Wildlife activity poses a significant challenge to airports. Airports have encountered seals on the runway, deer in surrounding vegetation and various bird species in trees. Wildlife are attracted to airports due to the landscape structure that may resemble certain species’ natural habitats. Some airports are also situated in the bird migratory path. Regardless of the species and attractant, wildlife activity is a safety hazard for all airports.
According to the Federal Aviation Administration (FAA), the number of wildlife strikes reported per year in the U.S. increased steadily from about 1,800 in 1990 to 16,000 in 2018, which indicates that, on average, over 40 strikes are reported daily. Wildlife activity presents a major safety hazard that can lead to deadly collisions, resulting in the loss of many lives as well as financial loss due to aircraft damage. This safety hazard can be mitigated with the implementation of a robust wildlife hazard management system. Airports can particularly benefit from investing in digital solutions that provide airports with real-time tools to aid in effective mitigation.
While some airports have a digital solution in place, most airports rely heavily on a manual process or a disparate combination of manual, Excel, and internal software documentation to capture various aspects of wildlife management. Digital wildlife hazard management solutions allow airports to automate and streamline the process from end to end, from recording the wildlife sighting to denoting the actions taken, submitting strike reports to the FAA, and analyzing trends and harassment techniques.
A digital wildlife hazard management system is crucial for detailed reporting and real-time analyses. With such systems in place, airports can attach an image of the wildlife sighted to the report. This feature is especially useful as a reference to aid in the identification of unknown species. Some systems also have a map feature that enables airports to easily view the concentration of wildlife sightings as well as the breakdown of sightings by species. Wildlife hazard management systems have the capability to integrate with other systems for seamless data sharing. For example, any strike reports created in the system are automatically sent to the FAA’s Wildlife Strike Database. Any changes made to the strike report will be reflected in the system as well as the FAA Wildlife Strike database. Wildlife hazard management systems can also be integrated with internal systems, such as Part 139, allowing the ability to create a report in the event that wildlife is sighted during an airfield inspection. Digital wildlife hazard management systems allow airports to capture all wildlife data in one holistic solution.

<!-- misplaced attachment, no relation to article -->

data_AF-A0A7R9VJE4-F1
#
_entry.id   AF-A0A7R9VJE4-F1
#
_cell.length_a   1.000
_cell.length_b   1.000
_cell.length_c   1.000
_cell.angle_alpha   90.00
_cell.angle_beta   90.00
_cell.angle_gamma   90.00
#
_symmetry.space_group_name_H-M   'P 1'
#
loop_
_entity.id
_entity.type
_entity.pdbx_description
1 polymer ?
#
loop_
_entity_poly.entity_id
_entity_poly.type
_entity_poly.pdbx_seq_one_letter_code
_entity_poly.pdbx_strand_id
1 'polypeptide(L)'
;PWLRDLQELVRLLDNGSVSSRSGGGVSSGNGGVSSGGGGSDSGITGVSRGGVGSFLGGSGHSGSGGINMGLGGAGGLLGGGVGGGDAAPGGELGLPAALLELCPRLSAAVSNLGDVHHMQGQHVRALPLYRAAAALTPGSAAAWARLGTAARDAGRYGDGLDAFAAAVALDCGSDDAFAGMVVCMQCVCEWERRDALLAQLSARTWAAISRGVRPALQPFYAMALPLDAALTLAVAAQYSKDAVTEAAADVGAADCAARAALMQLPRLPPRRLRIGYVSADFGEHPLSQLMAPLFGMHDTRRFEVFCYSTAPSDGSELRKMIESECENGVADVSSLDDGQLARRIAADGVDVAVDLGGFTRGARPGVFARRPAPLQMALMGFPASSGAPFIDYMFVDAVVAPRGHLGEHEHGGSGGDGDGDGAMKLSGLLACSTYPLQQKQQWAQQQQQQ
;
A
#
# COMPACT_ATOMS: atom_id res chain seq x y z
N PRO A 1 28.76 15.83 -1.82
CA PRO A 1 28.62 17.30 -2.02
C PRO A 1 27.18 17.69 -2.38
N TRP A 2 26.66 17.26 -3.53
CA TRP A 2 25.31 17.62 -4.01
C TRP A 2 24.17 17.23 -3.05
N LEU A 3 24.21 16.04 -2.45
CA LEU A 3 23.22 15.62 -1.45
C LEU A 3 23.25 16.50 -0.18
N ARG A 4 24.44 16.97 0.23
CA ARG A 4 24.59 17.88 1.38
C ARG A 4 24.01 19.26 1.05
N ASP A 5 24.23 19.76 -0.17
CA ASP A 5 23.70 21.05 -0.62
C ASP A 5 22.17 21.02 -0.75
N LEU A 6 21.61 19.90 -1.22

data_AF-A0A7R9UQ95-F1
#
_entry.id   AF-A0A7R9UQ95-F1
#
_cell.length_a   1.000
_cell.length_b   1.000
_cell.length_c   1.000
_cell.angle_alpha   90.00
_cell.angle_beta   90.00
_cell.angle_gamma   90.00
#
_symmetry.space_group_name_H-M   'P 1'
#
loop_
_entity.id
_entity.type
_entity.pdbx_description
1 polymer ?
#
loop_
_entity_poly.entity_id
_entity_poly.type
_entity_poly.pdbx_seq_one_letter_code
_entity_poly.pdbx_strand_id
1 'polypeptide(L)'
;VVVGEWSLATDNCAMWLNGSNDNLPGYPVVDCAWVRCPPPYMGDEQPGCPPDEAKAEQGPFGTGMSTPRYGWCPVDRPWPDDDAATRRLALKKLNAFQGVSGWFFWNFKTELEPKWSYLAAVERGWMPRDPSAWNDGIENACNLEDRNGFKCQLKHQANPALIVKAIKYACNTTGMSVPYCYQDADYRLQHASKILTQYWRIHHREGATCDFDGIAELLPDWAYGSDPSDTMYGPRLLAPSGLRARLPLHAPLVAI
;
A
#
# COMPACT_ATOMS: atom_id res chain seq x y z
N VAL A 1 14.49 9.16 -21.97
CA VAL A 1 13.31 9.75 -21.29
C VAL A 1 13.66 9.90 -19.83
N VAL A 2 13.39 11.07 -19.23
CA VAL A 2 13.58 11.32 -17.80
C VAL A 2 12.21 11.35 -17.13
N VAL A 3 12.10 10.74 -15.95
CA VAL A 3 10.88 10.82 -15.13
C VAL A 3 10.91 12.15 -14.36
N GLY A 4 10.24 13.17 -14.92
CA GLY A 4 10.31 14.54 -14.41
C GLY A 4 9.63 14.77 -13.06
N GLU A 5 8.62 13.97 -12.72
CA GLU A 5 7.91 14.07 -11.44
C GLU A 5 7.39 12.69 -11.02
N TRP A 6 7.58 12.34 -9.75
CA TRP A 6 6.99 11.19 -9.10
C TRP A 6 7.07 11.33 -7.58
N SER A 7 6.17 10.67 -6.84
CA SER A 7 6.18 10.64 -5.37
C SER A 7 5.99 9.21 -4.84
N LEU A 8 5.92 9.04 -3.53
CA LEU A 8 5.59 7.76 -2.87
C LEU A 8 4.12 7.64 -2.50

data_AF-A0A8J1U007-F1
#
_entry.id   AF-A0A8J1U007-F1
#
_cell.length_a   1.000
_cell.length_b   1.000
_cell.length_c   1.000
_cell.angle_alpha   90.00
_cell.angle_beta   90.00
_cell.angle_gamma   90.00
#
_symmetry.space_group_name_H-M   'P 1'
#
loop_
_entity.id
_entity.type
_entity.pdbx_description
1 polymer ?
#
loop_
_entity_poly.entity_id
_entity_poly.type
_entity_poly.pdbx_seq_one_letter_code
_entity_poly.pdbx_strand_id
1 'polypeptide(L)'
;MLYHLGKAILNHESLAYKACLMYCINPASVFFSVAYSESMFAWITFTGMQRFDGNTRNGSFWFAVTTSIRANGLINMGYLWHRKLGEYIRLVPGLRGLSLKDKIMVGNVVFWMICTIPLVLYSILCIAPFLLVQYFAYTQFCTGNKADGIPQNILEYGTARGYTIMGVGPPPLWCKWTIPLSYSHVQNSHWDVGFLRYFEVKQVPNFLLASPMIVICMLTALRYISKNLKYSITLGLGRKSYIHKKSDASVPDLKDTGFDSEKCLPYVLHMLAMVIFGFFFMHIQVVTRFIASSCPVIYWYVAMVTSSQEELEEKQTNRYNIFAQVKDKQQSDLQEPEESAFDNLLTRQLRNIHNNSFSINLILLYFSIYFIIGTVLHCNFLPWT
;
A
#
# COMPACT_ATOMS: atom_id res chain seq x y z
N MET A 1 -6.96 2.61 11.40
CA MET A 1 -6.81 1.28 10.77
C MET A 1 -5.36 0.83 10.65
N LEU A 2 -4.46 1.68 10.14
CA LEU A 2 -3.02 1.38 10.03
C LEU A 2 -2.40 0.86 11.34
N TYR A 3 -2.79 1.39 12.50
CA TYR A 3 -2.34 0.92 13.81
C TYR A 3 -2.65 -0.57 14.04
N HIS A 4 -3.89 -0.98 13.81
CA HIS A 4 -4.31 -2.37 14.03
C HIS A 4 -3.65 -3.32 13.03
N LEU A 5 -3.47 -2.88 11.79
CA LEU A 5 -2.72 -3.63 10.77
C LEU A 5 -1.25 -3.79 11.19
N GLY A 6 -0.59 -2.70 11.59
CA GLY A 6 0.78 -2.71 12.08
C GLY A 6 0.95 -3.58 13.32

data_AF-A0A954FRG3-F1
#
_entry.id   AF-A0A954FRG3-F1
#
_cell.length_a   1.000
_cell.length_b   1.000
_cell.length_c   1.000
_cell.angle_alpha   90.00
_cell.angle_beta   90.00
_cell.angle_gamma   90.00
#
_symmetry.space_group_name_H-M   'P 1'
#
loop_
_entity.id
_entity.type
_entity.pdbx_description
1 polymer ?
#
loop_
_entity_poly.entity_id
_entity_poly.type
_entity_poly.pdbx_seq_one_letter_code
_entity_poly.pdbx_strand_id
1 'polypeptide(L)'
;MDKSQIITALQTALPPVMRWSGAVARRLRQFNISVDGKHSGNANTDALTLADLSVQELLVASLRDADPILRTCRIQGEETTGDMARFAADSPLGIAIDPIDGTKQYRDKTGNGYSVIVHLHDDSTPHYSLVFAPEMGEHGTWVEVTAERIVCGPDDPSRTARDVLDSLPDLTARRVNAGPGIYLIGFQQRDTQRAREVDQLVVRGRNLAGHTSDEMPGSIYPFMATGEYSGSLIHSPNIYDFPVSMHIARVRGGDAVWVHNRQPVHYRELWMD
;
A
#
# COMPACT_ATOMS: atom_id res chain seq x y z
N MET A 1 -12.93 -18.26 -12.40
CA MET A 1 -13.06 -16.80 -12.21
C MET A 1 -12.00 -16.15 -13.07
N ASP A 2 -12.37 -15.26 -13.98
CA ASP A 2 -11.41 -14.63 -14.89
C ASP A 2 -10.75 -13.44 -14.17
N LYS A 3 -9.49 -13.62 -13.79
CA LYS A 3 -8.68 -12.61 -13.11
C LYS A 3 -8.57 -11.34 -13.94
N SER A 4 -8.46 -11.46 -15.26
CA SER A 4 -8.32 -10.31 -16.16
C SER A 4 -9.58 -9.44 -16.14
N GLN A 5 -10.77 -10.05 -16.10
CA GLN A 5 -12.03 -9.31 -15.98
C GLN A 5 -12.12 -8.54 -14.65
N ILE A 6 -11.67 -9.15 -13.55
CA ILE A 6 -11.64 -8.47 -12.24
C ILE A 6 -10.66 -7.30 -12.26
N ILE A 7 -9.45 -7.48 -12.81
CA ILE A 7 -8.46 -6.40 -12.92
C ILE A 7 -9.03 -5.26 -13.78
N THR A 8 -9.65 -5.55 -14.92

The utilization of digital solutions to monitor and assess wildlife activity can transform wildlife management at airports. Digital solutions deliver innovative, empowering, and intuitive tools for effective mitigation. Airports can leverage technology to establish a streamlined and comprehensive wildlife hazard management system.